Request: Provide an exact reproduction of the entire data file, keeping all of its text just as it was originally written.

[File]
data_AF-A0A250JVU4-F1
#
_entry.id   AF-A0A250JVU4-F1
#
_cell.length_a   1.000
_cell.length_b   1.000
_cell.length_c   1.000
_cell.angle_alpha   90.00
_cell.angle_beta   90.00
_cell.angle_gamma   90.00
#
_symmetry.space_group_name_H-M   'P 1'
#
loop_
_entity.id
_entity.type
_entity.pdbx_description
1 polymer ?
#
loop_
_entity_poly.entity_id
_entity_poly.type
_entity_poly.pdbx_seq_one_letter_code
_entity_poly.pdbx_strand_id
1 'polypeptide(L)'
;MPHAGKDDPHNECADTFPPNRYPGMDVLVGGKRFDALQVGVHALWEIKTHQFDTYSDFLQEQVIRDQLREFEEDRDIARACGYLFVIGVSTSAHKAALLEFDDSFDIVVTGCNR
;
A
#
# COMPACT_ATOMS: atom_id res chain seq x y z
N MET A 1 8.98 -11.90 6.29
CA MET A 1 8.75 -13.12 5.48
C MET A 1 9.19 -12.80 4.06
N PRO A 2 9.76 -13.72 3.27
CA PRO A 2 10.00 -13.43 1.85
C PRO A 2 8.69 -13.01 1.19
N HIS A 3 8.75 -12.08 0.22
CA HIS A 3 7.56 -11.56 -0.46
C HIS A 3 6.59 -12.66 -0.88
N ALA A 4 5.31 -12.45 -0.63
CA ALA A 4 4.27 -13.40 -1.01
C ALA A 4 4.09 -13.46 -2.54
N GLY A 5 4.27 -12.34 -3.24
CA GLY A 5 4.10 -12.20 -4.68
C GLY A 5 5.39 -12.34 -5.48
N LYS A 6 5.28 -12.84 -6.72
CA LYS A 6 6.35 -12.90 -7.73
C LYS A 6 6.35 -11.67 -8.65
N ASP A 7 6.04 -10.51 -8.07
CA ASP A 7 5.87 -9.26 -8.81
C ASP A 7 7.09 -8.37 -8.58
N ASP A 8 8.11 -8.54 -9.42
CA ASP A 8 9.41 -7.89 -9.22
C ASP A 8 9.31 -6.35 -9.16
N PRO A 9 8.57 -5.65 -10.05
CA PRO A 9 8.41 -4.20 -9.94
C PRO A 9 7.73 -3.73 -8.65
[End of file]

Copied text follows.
data_AF-A0A250JVU4-F1
#
_entry.id   AF-A0A250JVU4-F1
#
_cell.length_a   1.000
_cell.length_b   1.000
_cell.length_c   1.000
_cell.angle_alpha   90.00
_cell.angle_beta   90.00
_cell.angle_gamma   90.00
#
_symmetry.space_group_name_H-M   'P 1'
#
loop_
_entity.id
_entity.type
_entity.pdbx_description
1 polymer ?
#
loop_
_entity_poly.entity_id
_entity_poly.type
_entity_poly.pdbx_seq_one_letter_code
_entity_poly.pdbx_strand_id
1 'polypeptide(L)'
;MPHAGKDDPHNECADTFPPNRYPGMDVLVGGKRFDALQVGVHALWEIKTHQFDTYSDFLQEQVIRDQLREFEEDRDIARACGYLFVIGVSTSAHKAALLEFDDSFDIVVTGCNR
;
A
#
# COMPACT_ATOMS: atom_id res chain seq x y z
N MET A 1 8.98 -11.90 6.29
CA MET A 1 8.75 -13.12 5.48
C MET A 1 9.19 -12.80 4.06
N PRO A 2 9.76 -13.72 3.27
CA PRO A 2 10.00 -13.43 1.85
C PRO A 2 8.69 -13.01 1.19
N HIS A 3 8.75 -12.08 0.22
CA HIS A 3 7.56 -11.56 -0.46
C HIS A 3 6.59 -12.66 -0.88
N ALA A 4 5.31 -12.45 -0.63
CA ALA A 4 4.27 -13.40 -1.01
C ALA A 4 4.09 -13.46 -2.54
N GLY A 5 4.27 -12.34 -3.24
CA GLY A 5 4.10 -12.20 -4.68
C GLY A 5 5.39 -12.34 -5.48
N LYS A 6 5.28 -12.84 -6.72
CA LYS A 6 6.35 -12.90 -7.73
C LYS A 6 6.35 -11.67 -8.65
N ASP A 7 6.04 -10.51 -8.07
CA ASP A 7 5.87 -9.26 -8.81
C ASP A 7 7.09 -8.37 -8.58
N ASP A 8 8.11 -8.54 -9.42
CA ASP A 8 9.41 -7.89 -9.22
C ASP A 8 9.31 -6.35 -9.16
N PRO A 9 8.57 -5.65 -10.05
CA PRO A 9 8.41 -4.20 -9.94
C PRO A 9 7.73 -3.73 -8.65